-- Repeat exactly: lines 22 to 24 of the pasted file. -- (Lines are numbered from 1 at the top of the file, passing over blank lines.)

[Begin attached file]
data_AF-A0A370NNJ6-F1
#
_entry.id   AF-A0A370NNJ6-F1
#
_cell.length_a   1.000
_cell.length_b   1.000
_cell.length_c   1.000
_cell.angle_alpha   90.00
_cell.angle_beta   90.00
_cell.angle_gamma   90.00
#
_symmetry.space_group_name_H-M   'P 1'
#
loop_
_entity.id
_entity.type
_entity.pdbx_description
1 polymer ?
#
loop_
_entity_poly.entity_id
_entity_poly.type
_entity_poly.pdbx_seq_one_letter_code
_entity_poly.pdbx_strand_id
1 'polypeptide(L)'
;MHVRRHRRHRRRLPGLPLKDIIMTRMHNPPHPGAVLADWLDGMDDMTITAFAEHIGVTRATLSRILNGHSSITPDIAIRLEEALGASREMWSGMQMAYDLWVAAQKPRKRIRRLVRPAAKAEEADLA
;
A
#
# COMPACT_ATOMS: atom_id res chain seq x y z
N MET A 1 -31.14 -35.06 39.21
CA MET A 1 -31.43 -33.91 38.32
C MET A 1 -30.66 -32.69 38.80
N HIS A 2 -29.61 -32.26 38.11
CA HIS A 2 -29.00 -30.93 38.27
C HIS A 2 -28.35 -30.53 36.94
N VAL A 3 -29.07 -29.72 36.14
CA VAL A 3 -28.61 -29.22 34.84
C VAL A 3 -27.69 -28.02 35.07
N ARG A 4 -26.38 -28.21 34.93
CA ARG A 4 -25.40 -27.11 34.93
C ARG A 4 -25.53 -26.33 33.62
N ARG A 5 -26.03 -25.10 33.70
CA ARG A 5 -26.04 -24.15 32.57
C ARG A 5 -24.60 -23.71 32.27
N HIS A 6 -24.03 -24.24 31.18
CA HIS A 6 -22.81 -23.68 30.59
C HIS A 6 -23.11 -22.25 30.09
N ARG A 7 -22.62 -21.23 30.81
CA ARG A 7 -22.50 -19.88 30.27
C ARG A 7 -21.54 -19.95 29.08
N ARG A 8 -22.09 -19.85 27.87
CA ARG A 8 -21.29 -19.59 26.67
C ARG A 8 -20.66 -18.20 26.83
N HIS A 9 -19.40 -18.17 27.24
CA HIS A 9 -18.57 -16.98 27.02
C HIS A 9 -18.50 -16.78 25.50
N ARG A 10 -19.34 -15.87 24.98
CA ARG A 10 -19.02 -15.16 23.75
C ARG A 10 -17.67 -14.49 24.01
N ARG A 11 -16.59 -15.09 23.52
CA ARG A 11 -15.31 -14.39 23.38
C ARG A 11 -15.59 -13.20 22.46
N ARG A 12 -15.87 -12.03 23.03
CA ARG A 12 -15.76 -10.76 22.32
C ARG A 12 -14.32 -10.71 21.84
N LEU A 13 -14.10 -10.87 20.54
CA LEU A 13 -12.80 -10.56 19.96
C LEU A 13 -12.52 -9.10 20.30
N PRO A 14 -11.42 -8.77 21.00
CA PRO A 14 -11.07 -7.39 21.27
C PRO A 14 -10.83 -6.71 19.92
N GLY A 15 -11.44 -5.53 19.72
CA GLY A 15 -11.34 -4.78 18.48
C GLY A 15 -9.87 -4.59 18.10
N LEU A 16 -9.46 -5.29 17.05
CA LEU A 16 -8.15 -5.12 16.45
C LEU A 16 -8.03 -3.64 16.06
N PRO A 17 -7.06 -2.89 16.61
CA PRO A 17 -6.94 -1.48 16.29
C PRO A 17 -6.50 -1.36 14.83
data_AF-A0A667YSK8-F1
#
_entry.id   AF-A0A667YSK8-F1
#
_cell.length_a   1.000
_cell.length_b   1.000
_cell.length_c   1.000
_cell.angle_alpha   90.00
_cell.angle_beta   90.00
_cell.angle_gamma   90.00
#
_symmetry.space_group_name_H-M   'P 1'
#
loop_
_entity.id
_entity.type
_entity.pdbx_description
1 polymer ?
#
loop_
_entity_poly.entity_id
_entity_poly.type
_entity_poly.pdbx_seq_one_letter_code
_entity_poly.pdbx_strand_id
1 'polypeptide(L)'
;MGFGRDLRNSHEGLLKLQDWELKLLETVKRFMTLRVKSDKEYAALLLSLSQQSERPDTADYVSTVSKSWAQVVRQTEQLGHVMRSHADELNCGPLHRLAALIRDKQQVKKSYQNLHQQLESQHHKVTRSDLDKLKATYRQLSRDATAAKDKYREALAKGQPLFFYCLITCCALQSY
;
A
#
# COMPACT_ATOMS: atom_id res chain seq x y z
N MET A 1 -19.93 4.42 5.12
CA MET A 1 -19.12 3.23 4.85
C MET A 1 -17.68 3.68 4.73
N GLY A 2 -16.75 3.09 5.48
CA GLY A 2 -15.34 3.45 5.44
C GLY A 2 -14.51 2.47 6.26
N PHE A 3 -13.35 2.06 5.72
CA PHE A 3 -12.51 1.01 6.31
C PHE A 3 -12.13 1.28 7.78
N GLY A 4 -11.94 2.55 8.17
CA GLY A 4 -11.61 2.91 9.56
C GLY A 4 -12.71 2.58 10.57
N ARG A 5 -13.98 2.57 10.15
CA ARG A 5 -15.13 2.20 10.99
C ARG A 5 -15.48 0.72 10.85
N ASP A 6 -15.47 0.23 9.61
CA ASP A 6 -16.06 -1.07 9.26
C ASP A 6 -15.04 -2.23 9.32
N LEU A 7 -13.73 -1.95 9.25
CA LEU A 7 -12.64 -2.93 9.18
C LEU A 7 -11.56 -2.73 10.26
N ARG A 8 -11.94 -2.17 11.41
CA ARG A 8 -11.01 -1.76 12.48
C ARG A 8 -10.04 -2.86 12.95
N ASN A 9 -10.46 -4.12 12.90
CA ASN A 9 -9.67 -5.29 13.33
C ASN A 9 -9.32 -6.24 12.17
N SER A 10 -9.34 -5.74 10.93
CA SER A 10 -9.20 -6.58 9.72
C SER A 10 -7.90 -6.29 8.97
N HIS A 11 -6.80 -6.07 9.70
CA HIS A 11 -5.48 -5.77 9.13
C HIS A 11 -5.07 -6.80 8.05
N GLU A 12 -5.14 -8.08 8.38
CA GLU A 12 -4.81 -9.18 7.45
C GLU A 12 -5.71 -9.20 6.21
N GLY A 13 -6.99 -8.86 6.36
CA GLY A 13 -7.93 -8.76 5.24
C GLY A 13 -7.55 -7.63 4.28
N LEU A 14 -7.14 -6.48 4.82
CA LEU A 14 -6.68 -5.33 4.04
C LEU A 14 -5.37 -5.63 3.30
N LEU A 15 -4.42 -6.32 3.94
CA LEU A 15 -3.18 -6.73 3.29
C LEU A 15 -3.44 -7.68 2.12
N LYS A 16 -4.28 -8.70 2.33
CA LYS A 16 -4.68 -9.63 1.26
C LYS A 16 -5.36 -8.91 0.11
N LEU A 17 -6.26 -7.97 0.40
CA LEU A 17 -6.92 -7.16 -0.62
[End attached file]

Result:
_entity_poly.type
_entity_poly.pdbx_seq_one_letter_code
_entity_poly.pdbx_strand_id